Excerpt: Three Brooklyn police officers at different points in their career come to terms with the rigors of the job: Eddie (Richard Gere) is the 22-year veteran, a beat cop with just seven more days on the force and trying to get through them without making waves; Tango (Don Cheadle) has been working undercover in the projects getting deep into a drug dealing ring, but he's ready to get out, while Sal (Ethan Hawke) is a family man whose desperation to support his pregnant wife...
Excerpt: A trip to grimmest copland with a fine pedigree and long tradition on both the big and small screen standing behind it, in a way Brooklyn's Finest falls prey to the paradox it sets up in its first and most riveting scene. A known criminal named Carlo (Vincent D'Onofrio) is explaining to his NYPD connection Sal (Ethan Hawke) the lesson in the difference between ethics and morals that a judge recently gave him.
Excerpt: I don’t often refer to films using other films as examples of style, feel or content, but if you asked me to describe Antoine Fuqua’s Brooklyn’s Finest to you that way, I would probably call it a combination of Boyz N the Hood and The Departed . It might also be thought of as an aesthetic sequel to Fuqua’s own Training Day . But no matter how it’s described, you can’t deny that Fuqua is on top of his game here in a genre that he helped perfect.
Summary: Righter and wronger. If someone were to make a short list of the most under-appreciated filmmakers working in Hollywood today, Antoine Fuqua's name would have to be among the first listed. His films work in a compelling middle ground between tight and electric action and captivatingly deep thematic elements that together reveal his uncanny ability to craft pictures that find just the right balance between slick action and meaningful drama.
Excerpt: In this film, three conflicted New York City police officers are forever transformed by their involvement in a massive drug operation. Burned out veteran Eddie Dugan is just one week away from his retirement. Narcotics officer Sal Procida has discovered there's no line he won't cross to provide a better life for his long-suffering wife and seven children.
Excerpt: Don Cheadle plays an undercover cop in Brooklyn’s Finest , but is seeking a way out. He is becoming one of the drug dealers, having thoughts of turning on his fellow officers, and is sick of not being able to have a family. Tango (Cheadle) meets with his superior in a restaurant, and director Antoine Fuqua sits on Tango’s face.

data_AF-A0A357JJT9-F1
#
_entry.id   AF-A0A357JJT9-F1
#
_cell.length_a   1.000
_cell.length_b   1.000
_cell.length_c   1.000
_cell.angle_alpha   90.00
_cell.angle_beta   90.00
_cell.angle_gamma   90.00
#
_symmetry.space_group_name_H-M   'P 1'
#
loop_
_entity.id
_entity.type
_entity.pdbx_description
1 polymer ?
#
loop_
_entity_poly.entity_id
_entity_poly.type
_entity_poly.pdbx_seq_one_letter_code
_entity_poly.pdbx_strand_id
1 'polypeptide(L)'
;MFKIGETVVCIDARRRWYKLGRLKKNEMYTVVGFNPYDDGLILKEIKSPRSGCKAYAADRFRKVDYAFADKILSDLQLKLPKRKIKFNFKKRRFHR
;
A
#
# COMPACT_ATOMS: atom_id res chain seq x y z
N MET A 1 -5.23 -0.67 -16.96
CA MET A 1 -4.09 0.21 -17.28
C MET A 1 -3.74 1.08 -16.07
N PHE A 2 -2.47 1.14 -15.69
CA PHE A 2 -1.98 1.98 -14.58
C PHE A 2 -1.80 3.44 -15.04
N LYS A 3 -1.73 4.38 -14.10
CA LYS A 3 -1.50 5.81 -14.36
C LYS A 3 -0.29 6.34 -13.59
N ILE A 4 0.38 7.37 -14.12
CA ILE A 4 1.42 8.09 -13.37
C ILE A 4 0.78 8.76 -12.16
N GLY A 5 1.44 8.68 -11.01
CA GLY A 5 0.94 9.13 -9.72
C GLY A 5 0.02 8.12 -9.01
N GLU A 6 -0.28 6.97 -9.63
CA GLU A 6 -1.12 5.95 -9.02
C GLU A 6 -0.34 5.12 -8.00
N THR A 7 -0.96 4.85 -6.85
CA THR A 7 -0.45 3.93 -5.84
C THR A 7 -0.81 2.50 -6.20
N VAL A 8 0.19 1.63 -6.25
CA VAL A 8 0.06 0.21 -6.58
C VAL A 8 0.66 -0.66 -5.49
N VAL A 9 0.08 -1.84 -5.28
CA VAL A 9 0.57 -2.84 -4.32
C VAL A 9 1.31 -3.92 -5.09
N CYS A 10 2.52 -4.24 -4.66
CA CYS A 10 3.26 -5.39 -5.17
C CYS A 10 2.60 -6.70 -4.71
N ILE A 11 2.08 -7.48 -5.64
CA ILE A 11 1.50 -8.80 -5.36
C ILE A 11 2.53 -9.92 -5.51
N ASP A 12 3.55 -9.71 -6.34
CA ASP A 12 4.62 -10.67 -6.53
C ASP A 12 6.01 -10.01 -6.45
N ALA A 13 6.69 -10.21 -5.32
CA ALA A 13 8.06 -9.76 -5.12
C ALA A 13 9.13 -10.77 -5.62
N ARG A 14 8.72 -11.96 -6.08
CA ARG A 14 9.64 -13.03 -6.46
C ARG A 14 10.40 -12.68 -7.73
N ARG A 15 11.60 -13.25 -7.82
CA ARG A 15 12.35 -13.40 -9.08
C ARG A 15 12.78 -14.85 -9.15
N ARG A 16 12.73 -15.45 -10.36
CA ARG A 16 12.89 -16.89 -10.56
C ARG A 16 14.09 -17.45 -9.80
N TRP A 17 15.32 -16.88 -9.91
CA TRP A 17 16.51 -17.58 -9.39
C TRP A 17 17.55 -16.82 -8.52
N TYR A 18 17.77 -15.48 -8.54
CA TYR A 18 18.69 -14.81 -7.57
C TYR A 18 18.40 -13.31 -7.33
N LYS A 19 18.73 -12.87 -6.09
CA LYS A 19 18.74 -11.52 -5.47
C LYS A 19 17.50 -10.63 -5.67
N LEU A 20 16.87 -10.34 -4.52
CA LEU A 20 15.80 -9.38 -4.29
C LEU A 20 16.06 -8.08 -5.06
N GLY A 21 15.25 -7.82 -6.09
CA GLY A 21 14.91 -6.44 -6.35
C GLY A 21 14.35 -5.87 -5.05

Conclusion: 'Brooklyn's Finest' is an authentic, honest journey into the pressures involved with being a cop in very tough neighborhoods. As in real life, there is no one definition for the "cop" experience, and here the acting, directing, and writing combine to explore these emotional tragedies in Shakespearean broad strokes. Though not perfect, I suspect this film -- as well as its "always on 10" mentality -- may grow on me as time passes.
Excerpt: “It's not about right or wrong. It's about righter and wronger.” Brooklyn’s Finest is neatly summed up by its opening line. Three interweaving tales of gang violence, police corruption and social drama illustrate the large areas of grey that exist between the “good” and “bad” guys. Issues of honour, reward, loyalty, love, disillusionment, disappointment and betrayal are all touched upon.
Excerpt: At the very least, you've got to admire screenwriter Michael Martin's passion. He was a lowly MTA employee in New York City when he wrote Brooklyn's Finest , with the obvious intention of emulating the great New York cop dramas of generations past. The themes of betrayal, of disillusionment, of living life undercover and of putting your life on the line for strangers are very, very well-worn in other films of the genre, but Martin clearly worked hard to put his own spin...